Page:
Our Water Project Pt. 1: Meet the Chepang People

This is part one in a three-part series about Elevate Nepal’s Sanitation & Potable Water Project.

A Chepang man in Makwanpur, Nepal
A Chepang man in Makwanpur, Nepal

The Makwanpur District, southwest of Kathmandu, is known for its rugged terrain and temperate climate, with several rural villages scattered across the map.

The Chepang people, an Indigenous Tibeto-Burman ethnic group, call the Makwanpur District’s most remote corners home, living in sheds made of tree branches clinging to the region’s steep hillsides. Altogether, there are around 50,000 Chepang people currently in Nepal. As a highly vulnerable population facing many challenges, Chepang villages are a focal point for Elevate Nepal’s Sanitation & Potable Water Project.

Often considered the “poorest of the poor” in Nepal, the Chepang are among the nation’s most systematically disempowered groups. The United Nations identifies several vulnerabilities, including a lack of access to education and indigenous political representation, especially in relation to the use of natural resources, and the weak implementation of favorable legislation.

  • Lack of Access to Education
    75% of the Chepang population is illiterate and a mere 1% of Chepang women can read and write. Remote Chepang settlements often have only a primary school, forcing students to walk miles, often across difficult terrain, to attend secondary school. Moreover, parents frequently remove their children from school to assist with household, agricultural, and wage work.
  • Loss of Ancestral Lands
    Although Nepal is lauded for its conservation practices, indigenous groups are frequently left out of the equation or forcibly removed from their ancestral lands. This is exactly what happened when the Private Forest Nationalization Act of 1957 included all forest land under the category of government ownership. Although the Chepangs had traditionally managed the forests for centuries, they were given no compensation or legal protection with the passage of this legislation.
  • Abusive Conservation Policies
    A report from Amnesty International found Nepal’s Indigenous peoples have suffered a litany of human rights violations over the past five decades as a result of abusive conservation policies. The establishment of National Parks and other protected areas has resulted in the forcible and violent eviction of tens of thousands of Indigenous people.
  • Food Insecurity
    The Chepang have gradually transitioned from a nomadic “slash-and-burn” lifestyle to an agricultural one, growing crops like maize, millet and bananas in rocky, nutrient-poor soil. Their diet is supplemented with foraged foods, hunting wild game and fishing in nearby rivers. Yields are low and, due to climate change-related drought and later monsoons, starvation is an ever-present concern.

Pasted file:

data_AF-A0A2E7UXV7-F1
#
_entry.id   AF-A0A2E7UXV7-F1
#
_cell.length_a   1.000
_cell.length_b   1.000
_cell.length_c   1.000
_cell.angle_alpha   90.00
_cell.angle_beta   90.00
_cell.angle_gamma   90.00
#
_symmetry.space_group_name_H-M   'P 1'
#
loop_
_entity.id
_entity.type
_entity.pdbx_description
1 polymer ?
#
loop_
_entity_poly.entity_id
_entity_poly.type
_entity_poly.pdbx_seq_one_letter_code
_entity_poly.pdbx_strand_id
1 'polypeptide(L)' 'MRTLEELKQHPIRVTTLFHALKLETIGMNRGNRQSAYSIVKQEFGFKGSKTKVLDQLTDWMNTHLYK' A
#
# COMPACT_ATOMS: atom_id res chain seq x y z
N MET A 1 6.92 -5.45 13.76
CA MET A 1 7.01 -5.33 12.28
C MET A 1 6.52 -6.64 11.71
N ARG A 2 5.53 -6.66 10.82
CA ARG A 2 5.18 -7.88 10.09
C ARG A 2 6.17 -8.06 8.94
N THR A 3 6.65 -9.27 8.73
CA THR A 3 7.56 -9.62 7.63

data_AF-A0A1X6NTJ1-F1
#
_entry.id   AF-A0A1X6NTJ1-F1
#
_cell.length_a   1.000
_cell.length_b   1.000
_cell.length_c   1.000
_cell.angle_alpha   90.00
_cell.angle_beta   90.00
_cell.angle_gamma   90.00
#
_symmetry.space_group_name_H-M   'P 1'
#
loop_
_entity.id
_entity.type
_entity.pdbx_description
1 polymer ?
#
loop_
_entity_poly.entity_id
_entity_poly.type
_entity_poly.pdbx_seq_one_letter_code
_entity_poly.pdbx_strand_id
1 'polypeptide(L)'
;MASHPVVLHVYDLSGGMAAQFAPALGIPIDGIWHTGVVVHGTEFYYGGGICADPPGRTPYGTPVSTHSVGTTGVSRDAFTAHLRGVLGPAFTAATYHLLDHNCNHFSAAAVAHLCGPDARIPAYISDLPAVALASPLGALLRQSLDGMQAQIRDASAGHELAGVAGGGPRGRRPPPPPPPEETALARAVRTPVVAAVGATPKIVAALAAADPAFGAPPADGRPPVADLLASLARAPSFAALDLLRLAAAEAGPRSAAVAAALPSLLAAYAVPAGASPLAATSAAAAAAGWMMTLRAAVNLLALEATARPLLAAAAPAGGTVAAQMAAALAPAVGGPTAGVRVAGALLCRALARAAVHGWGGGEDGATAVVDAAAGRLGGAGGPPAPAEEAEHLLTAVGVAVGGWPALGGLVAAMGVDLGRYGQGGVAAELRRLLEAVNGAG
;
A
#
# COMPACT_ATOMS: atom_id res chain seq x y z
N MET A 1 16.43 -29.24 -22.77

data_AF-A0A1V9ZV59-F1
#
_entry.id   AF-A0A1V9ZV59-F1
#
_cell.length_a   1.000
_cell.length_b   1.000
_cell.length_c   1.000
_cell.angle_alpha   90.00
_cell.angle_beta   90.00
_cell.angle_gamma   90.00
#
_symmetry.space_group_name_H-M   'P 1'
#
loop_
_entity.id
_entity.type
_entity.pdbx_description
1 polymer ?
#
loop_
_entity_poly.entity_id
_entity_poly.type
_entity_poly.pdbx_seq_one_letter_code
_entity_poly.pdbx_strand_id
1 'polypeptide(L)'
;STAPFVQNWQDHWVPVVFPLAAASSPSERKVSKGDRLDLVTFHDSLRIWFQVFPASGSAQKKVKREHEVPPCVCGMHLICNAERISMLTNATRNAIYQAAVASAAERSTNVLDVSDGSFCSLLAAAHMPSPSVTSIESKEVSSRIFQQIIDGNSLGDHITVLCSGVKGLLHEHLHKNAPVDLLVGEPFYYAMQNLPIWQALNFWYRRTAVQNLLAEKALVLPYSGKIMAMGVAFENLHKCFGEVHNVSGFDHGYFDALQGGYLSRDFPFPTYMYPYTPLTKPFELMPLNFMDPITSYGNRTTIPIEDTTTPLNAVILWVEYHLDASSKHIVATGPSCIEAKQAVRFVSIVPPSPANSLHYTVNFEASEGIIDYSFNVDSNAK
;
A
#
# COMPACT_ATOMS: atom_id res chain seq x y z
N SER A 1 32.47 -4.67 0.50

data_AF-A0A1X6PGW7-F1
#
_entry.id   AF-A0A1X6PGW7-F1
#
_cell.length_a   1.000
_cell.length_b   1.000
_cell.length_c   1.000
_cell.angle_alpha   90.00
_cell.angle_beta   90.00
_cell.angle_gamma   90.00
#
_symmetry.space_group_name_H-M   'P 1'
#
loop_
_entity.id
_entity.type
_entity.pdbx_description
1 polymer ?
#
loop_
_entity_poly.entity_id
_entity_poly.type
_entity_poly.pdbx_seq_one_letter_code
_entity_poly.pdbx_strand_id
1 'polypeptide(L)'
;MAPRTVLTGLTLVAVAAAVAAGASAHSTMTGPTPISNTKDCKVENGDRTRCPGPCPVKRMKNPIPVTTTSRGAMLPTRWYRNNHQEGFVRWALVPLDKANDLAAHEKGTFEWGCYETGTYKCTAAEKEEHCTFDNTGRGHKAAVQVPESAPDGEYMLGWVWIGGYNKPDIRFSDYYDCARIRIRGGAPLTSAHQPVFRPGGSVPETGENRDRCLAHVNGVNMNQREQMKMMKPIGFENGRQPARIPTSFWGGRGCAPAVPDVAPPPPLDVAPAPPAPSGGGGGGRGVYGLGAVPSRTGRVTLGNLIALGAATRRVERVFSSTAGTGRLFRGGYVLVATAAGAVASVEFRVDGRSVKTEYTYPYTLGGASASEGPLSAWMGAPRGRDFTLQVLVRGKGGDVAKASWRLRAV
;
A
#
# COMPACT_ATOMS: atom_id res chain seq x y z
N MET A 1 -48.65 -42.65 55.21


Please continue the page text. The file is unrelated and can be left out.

Typical Chepang house in Makwanpur
Typical Chepang house in Makwanpur

 

Barriers to Development

Elevate Nepal is not the first organization to focus their efforts on Chepang communities, although most development projects have resulted in little to no impact. The U.N. notes that marginalized Indigenous groups, such as Chepangs, have little say in decision making and governance structures, and are therefore excluded from many development efforts at the national and local levels.

Moreover, interviews with Chepang people have highlighted a lack of ownership in the projects targeting them. For the greatest impact, development must be community oriented and promote participation at all levels. Finally, there must be an effort to reach the most impoverished Chepang communities, which often live in mountainous, hard-to-access areas.

 

Elevate Nepal Takes a Different Approach

Resham Bal of Elevate Nepal working with the village residents to find a suitable water source
Resham Bal of Elevate Nepal working with the village residents to find a suitable water source

 

Clean water is the foundation of strong development, but many Chepang villages do not have a single tap. Villagers, often young women, are required to spend hours hiking to and from springs in the mountains. During the dry season (which has become longer and more intense due to climate change), these trips become more frequent and water sources are more scarce.

Piping clean, potable water to these remote areas will support crops and long-term community development. Furthermore, we work closely with local leaders to identify the most effective routes to deliver aid, and employ local workers to provide a source of income and teach transferable skills. Even more importantly, we plan to monitor this project over the years to ensure it is maintained and operating properly.

Read Part Two of our three-part blog series to discover the details for our proposed solution.

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